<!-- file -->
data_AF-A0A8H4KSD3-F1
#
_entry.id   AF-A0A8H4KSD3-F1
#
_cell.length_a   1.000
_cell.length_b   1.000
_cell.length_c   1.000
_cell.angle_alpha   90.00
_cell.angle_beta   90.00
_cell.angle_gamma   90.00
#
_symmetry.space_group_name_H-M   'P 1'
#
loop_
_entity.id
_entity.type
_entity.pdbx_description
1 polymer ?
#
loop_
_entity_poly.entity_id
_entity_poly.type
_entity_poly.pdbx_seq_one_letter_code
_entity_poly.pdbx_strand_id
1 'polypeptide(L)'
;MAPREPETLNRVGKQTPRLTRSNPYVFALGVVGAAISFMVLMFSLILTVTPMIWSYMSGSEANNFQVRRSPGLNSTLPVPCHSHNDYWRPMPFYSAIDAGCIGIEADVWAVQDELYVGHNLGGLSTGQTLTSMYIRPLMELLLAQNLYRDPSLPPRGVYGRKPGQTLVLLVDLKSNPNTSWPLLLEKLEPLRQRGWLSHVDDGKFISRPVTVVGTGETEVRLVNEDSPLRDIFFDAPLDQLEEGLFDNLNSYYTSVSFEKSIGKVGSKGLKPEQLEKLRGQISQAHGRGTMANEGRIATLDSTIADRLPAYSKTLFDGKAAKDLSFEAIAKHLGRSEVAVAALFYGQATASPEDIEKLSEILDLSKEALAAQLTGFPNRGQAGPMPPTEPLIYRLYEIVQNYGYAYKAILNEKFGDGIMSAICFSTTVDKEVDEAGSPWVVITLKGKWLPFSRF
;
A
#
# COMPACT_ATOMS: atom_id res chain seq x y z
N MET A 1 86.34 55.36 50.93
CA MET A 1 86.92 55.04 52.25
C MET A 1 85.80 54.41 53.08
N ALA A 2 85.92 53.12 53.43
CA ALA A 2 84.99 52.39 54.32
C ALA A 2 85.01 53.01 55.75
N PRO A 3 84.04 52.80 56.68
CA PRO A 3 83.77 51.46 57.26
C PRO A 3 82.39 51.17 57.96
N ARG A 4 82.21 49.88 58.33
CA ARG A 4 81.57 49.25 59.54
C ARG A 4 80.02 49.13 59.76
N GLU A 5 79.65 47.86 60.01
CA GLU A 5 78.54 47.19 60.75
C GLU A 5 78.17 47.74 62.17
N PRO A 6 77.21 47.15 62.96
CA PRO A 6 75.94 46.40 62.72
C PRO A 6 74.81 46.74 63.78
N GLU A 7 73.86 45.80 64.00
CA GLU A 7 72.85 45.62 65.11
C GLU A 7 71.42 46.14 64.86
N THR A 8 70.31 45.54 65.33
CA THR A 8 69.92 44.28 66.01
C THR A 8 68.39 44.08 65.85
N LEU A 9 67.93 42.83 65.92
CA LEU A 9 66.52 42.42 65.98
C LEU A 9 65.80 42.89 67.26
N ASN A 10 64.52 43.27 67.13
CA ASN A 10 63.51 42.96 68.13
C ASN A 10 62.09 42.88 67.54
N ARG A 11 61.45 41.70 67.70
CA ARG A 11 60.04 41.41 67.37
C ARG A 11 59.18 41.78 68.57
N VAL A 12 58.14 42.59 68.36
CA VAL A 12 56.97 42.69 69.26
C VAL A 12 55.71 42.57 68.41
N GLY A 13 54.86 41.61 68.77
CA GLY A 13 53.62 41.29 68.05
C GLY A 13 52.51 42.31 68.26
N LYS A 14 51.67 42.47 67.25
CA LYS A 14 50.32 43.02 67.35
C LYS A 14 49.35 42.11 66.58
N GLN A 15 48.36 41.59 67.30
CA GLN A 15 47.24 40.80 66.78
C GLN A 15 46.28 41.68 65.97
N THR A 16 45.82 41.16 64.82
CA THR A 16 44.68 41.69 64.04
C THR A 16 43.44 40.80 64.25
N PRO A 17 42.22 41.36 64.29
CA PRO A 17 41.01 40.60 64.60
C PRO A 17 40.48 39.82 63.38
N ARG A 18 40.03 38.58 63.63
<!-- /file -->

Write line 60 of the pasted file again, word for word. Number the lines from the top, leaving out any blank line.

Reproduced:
C ASN A 10 62.09 42.88 67.54